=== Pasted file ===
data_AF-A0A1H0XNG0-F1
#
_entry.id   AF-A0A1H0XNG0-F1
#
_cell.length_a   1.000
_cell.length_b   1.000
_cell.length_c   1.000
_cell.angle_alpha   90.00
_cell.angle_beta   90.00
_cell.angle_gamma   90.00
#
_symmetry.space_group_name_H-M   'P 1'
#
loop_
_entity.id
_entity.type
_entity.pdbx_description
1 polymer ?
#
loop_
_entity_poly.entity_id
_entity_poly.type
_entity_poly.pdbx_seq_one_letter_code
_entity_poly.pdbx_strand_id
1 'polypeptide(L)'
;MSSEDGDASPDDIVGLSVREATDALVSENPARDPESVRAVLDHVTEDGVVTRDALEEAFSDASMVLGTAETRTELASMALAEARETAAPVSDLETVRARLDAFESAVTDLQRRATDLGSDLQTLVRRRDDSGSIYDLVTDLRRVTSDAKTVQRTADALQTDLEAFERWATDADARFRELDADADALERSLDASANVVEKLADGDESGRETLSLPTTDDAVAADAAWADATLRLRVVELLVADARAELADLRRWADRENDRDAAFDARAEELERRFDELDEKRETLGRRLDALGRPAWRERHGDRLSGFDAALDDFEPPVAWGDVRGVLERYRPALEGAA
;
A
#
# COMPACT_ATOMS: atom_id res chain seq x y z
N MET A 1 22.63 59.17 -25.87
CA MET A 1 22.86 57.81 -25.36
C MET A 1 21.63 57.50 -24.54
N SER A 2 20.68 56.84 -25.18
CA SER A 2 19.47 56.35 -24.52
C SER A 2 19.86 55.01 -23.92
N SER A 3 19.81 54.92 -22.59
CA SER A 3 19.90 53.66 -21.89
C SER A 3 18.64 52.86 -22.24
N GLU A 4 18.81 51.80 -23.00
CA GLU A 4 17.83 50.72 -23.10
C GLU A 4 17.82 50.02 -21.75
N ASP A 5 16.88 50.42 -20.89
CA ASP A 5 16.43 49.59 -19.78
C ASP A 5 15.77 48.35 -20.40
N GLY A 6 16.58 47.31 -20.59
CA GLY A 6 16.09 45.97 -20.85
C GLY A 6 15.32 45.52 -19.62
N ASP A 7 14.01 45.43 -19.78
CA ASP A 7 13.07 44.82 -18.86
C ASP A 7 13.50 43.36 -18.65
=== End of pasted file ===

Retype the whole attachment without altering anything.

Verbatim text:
data_AF-A0A1H0XNG0-F1
#
_entry.id   AF-A0A1H0XNG0-F1
#
_cell.length_a   1.000
_cell.length_b   1.000
_cell.length_c   1.000
_cell.angle_alpha   90.00
_cell.angle_beta   90.00
_cell.angle_gamma   90.00
#
_symmetry.space_group_name_H-M   'P 1'
#
loop_
_entity.id
_entity.type
_entity.pdbx_description
1 polymer ?
#
loop_
_entity_poly.entity_id
_entity_poly.type
_entity_poly.pdbx_seq_one_letter_code
_entity_poly.pdbx_strand_id
1 'polypeptide(L)'
;MSSEDGDASPDDIVGLSVREATDALVSENPARDPESVRAVLDHVTEDGVVTRDALEEAFSDASMVLGTAETRTELASMALAEARETAAPVSDLETVRARLDAFESAVTDLQRRATDLGSDLQTLVRRRDDSGSIYDLVTDLRRVTSDAKTVQRTADALQTDLEAFERWATDADARFRELDADADALERSLDASANVVEKLADGDESGRETLSLPTTDDAVAADAAWADATLRLRVVELLVADARAELADLRRWADRENDRDAAFDARAEELERRFDELDEKRETLGRRLDALGRPAWRERHGDRLSGFDAALDDFEPPVAWGDVRGVLERYRPALEGAA
;
A
#
# COMPACT_ATOMS: atom_id res chain seq x y z
N MET A 1 22.63 59.17 -25.87
CA MET A 1 22.86 57.81 -25.36
C MET A 1 21.63 57.50 -24.54
N SER A 2 20.68 56.84 -25.18
CA SER A 2 19.47 56.35 -24.52
C SER A 2 19.86 55.01 -23.92
N SER A 3 19.81 54.92 -22.59
CA SER A 3 19.90 53.66 -21.89
C SER A 3 18.64 52.86 -22.24
N GLU A 4 18.81 51.80 -23.00
CA GLU A 4 17.83 50.72 -23.10
C GLU A 4 17.82 50.02 -21.75
N ASP A 5 16.88 50.42 -20.89
CA ASP A 5 16.43 49.59 -19.78
C ASP A 5 15.77 48.35 -20.40
N GLY A 6 16.58 47.31 -20.59
CA GLY A 6 16.09 45.97 -20.85
C GLY A 6 15.32 45.52 -19.62
N ASP A 7 14.01 45.43 -19.78
CA ASP A 7 13.07 44.82 -18.86
C ASP A 7 13.50 43.36 -18.65